Yeah, those terms can refer to human nuance in playing. You may simply emulate what a human being would do, and generate your composition accordingly. But what I've been trying to do is certainly not that; instead I'm trying to explore robot characteristics rather than trying to force robot characteristics into human ones.

It's the robots' own nuances coming out. So what sort of questions came up when you were composing for these robots?
There is often a prejudice that if music isn't being played by humans, it is prejudged as incapable of generating emotional responses. I wanted to ask whether music performed by robots could be compelling or interesting.

Yeah, there is often the idea that machines are somehow lesser when it comes to performing music.
I personally think that [humans and robots] stand shoulder to shoulder. I don't see it in terms of being better or worse than each other, so much as having different characteristics.

The robot drummer. Image: Warp

In this project the machines were ready-built and ready to play music. I was interested to see whether they could bring a nuance that was inhuman but compelling; whether having something interesting about music is necessarily also a human thing. The broadest question that I'm trying to ask is, even if these robots do something that is interesting, or something that aggravates people, whatever it is—if it produces a response, given that the performers themselves are not sentient, then does the responsibility shift wholeheartedly back to myself, the composer?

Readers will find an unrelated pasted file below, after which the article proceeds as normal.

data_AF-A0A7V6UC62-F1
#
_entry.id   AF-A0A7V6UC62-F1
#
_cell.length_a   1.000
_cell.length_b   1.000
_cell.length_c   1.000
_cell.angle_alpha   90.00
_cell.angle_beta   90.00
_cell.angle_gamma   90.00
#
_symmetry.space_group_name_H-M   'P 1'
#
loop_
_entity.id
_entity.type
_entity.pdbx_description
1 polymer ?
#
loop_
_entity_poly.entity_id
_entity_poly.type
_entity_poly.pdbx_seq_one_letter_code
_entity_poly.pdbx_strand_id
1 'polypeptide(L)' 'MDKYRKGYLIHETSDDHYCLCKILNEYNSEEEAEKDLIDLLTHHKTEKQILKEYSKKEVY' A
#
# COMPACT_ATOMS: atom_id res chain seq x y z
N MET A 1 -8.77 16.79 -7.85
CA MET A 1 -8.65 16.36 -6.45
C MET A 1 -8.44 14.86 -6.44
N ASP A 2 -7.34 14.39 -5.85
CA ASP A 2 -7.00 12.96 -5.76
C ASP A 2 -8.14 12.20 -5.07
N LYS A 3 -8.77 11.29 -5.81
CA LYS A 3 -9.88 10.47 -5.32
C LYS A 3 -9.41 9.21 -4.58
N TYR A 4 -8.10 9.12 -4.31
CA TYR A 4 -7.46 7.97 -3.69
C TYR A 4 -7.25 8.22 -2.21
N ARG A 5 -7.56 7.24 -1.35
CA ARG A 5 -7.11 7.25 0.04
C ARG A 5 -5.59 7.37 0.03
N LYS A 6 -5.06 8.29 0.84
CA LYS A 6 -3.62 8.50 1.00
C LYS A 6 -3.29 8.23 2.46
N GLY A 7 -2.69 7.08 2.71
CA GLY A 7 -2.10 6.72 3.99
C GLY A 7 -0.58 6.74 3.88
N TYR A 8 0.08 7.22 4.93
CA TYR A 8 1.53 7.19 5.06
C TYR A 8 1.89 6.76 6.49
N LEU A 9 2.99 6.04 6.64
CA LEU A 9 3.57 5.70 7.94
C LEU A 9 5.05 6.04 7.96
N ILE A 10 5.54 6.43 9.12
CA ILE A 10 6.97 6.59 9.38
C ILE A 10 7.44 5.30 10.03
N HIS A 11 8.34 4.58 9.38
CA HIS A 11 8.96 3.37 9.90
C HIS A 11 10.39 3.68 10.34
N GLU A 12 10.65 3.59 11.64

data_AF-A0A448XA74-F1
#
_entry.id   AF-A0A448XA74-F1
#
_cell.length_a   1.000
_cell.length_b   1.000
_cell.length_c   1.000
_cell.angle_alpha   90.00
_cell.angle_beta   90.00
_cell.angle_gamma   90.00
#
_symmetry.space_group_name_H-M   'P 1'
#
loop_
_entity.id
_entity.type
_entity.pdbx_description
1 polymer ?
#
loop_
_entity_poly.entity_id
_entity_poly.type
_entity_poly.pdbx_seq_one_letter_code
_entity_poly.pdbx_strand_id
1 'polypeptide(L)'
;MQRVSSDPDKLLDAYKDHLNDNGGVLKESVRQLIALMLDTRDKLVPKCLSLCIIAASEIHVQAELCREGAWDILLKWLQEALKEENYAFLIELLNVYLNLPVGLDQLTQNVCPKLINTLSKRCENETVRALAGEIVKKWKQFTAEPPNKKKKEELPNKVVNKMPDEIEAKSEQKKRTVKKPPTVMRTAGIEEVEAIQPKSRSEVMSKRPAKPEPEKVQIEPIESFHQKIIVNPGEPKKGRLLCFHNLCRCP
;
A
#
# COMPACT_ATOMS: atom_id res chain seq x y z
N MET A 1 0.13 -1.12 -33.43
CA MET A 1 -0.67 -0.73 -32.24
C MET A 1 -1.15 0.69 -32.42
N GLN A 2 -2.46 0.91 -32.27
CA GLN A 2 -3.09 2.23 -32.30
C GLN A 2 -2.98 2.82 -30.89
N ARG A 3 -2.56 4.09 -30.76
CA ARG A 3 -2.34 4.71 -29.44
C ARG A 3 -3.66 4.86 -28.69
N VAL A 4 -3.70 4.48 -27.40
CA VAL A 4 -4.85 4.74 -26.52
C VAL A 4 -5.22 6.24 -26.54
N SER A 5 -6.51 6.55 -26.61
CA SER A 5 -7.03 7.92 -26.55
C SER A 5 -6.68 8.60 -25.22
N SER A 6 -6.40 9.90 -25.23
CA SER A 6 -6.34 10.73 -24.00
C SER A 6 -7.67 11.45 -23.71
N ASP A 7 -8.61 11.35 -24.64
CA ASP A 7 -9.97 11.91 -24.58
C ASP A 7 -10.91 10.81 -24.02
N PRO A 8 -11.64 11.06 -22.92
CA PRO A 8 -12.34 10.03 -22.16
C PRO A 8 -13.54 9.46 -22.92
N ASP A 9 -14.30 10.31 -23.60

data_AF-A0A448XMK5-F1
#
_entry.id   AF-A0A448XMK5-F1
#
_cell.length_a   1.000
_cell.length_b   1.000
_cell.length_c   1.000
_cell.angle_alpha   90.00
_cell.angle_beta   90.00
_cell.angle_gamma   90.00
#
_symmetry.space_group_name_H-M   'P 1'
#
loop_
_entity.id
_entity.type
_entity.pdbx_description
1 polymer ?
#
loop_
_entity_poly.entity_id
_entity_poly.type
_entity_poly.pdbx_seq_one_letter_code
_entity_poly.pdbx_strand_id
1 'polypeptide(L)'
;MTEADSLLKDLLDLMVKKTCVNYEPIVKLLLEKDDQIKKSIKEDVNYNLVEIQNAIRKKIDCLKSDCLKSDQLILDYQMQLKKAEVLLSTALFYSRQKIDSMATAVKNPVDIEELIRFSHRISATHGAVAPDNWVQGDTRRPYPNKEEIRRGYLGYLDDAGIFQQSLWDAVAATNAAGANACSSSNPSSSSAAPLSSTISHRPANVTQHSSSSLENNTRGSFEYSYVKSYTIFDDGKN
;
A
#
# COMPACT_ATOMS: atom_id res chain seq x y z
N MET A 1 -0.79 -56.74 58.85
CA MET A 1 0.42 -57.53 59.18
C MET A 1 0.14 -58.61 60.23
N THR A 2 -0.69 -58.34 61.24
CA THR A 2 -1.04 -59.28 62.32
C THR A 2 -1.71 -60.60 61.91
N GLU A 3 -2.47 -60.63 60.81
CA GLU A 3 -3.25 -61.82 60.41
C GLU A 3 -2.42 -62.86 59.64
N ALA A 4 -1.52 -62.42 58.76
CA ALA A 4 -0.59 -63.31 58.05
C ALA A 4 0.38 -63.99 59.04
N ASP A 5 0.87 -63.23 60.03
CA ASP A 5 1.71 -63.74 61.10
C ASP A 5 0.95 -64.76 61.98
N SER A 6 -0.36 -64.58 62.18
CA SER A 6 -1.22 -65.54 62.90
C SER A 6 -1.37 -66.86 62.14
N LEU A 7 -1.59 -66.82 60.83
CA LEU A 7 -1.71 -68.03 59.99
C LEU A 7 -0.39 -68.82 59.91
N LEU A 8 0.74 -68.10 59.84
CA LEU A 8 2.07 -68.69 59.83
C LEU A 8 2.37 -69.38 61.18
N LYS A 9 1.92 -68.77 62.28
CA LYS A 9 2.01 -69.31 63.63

Sure. What about the future, and a computer that could autonomously compose music? Would that have the potential to create compelling music?
I think people who take time to design such algorithms might be trying to generate a system that would echo or mimic the kind of behaviour human composers undertake when they write music. What I'm interested in is actually what happens when you set aside emulation of human characteristics and instead engage with the characteristics of the machine, as you find it. In some ways, I am at my most inspired and dynamic when I'm having to struggle with the machines, the methods with which I've chosen to compose, and the situation I'm in. Working with these machines has been a fascinating situation.

Music for Robots will be released digitally April 8, and on vinyl May 20.